/ 9 January 2024

RGS abandons Tongaat bid, claims business rescue is rigged

Tongaat Hulett

In another dramatic turn of events, RGS Holdings has withdrawn its business rescue plan for Tongaat Hulett Limited (THL) ahead of Wednesday’s crucial creditors vote, claiming the process has been rigged in favour of Robert Gumede’s Vision consortium.

RGS and Vision had both submitted rescue plans to business rescue practitioners Metis, which were set to be voted on by creditors of the troubled sugar giant on Wednesday, but it is understood that the vote will now go ahead with only one bidder.

Tongaat entered voluntary business rescue in November 2022 after losing 95% of its value in a R3.5 billion accounting scandal over which former chief executive Peter Staude and a group of managers and accountants have been charged with fraud.

The process has seen both RGS and Tongaat’s creditors — including the South African Sugar Association and RCL Foods — turn to the courts ahead of Wednesday’s vote, which has been postponed several times.

On Tuesday, RGS executive chairperson Aquil Rajahussen wrote to Metis, informing them of the decision by the RGS board to withdraw its plan, which had, like Vision’s, been amended several times during the process.

Rajahussen said they had previously written to Metis expressing “serious concerns” about the way in which they had conducted the business rescue process at Tongaat Hulett.

The process had been repeatedly postponed, both over legal issues and to allow time for Vision to secure funding for a proposed buyout of Tongaat’s bank debt from a group of lender banks.

“In the RGS view the BRPs [business rescue practitioners] have not conducted themselves appropriately in accordance with their duties and obligations as business rescue practitioners, nor in the interests of THL and its stakeholders,” he wrote.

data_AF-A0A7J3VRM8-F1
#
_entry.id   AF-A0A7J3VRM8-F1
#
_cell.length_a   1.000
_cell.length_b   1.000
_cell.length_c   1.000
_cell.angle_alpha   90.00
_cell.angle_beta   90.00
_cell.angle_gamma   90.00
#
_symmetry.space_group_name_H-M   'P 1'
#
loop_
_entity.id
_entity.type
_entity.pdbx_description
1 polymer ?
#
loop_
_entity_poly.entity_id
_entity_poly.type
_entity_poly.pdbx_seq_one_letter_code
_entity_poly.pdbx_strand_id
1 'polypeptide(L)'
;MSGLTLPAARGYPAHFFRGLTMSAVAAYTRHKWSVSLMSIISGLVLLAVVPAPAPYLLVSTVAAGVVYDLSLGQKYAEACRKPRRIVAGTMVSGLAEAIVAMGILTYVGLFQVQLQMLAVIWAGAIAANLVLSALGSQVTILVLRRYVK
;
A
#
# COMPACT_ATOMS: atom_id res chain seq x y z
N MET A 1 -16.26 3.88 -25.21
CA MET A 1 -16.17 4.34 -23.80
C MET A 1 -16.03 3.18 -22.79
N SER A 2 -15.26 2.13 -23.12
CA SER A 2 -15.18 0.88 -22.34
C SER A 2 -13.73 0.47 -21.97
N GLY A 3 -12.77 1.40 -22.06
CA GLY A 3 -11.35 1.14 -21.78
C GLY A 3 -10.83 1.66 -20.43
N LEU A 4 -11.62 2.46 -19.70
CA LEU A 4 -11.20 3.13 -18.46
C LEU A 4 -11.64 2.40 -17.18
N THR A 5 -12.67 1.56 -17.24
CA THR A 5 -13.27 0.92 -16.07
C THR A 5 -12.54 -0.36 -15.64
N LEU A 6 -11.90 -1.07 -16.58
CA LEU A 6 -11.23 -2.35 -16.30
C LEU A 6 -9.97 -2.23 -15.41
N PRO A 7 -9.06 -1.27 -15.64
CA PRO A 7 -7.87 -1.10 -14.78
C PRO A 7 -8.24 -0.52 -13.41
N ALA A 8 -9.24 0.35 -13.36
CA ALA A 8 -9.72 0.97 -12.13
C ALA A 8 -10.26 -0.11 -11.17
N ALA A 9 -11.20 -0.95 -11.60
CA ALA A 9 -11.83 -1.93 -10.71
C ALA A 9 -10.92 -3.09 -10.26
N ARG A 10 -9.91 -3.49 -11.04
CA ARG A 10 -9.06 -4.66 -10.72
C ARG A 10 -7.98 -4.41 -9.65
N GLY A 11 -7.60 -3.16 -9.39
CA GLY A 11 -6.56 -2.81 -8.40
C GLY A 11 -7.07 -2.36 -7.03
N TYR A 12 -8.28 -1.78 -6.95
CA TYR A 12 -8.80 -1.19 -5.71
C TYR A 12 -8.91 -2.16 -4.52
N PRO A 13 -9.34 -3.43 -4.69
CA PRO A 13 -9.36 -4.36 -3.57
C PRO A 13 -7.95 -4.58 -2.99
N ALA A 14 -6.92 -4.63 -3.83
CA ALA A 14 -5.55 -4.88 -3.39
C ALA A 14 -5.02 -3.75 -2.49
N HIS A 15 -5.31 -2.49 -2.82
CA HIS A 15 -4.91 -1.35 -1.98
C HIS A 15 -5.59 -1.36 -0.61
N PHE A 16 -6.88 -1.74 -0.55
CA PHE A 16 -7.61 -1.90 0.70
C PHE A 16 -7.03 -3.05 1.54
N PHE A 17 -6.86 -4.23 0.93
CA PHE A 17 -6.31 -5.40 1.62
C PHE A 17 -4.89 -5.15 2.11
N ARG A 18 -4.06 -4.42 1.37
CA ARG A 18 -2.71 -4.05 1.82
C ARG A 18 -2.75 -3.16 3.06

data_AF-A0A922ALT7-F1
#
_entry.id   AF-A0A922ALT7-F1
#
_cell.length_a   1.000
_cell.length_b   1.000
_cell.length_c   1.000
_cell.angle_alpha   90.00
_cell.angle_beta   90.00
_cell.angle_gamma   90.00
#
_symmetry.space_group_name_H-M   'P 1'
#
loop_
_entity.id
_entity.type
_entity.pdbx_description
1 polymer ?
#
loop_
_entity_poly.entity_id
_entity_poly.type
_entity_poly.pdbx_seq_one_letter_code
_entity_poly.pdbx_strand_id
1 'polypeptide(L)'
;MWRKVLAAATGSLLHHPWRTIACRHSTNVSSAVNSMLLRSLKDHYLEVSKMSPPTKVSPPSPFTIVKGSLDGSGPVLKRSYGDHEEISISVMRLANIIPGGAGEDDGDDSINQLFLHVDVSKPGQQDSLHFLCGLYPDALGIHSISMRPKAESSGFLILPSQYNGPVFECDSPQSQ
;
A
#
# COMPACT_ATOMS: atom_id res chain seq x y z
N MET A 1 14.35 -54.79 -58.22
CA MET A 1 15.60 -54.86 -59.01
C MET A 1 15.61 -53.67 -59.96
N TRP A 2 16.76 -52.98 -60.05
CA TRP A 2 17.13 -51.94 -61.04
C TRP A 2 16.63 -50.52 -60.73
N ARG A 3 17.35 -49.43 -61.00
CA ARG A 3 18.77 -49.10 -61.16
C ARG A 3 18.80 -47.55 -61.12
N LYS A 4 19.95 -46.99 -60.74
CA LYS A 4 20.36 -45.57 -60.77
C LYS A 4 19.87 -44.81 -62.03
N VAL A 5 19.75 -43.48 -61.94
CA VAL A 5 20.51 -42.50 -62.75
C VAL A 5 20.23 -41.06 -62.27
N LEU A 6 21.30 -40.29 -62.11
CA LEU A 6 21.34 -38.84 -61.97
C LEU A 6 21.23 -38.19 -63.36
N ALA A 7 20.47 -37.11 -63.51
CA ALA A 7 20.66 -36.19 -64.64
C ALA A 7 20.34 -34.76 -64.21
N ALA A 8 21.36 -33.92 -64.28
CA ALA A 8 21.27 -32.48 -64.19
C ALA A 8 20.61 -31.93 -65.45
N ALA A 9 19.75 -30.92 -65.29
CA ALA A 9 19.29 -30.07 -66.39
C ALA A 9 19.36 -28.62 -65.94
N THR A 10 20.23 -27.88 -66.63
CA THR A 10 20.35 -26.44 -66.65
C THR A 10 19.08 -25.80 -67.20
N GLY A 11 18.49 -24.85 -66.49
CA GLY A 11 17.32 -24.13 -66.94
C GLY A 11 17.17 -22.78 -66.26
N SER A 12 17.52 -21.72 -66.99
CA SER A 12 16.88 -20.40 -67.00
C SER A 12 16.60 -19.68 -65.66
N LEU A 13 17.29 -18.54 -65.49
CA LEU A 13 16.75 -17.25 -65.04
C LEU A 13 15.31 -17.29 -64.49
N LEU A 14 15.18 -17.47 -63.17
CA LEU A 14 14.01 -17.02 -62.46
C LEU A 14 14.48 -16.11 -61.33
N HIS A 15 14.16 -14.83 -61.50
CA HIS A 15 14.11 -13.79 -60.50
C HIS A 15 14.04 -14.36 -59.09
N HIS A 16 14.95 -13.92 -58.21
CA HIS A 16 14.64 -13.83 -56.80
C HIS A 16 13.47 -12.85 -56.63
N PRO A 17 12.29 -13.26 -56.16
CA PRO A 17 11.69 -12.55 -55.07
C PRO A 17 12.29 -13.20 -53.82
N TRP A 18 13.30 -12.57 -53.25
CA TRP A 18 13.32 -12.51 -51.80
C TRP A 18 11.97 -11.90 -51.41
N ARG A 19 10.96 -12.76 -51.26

Rajahussen said that the BRPs had “consistently taken steps to place impediments in the way of RGS’s proposals and have been patently biassed in favour of the proposals put forward by the Vision Parties”.

“The [RGS] board simply does not trust that the BRPs are honest independent professionals in this process as they should be and believes that the BRPs will continue to work against RGS even if the RGS plan were to be adopted,” he added.

Rajahussen said the BRPs had used confidential information in an amended RGS bid to assist Vision in addressing deficiencies in its rescue plan, and had also leaked information to the media to try to discredit RGS and its proposals.

In the face of this “hostile” action by the BRPs, the RGS board could not “risk” paying R2 billion to the group of banks holding R8 billion in Tongaat debt, prior to the conclusion of the transaction.

Because of the risk of Vision going to court if RGS was successful — and the likelihood of the BRPs “actively working” to assist Vision or to delay the implementation of the RGS plan — the company would not make any payment to the banks before the transaction was concluded.

Given that the banks would not accept this, it was “more appropriate” that RGS withdraw at this point, he said.

Rajahussen said RGS believed that it had presented a rescue plan that was “more advantageous” to all stakeholders and that it would have been a better partner for the local sugar industry.

“Had the process been run fairly and independently and in the interests of the THL and its stakeholders, RGS is firmly of the view that the RGS BR plan would have been the only one of the two plans up for consideration at the meeting,” he said.

A spokesperson for Metis denied the allegations that they had rigged the process in favour of Vision.

“The BRPs strongly refute the baseless allegations made in the letter that was directed at them. These allegations will be dealt with at the appropriate time,’ the spokesperson said.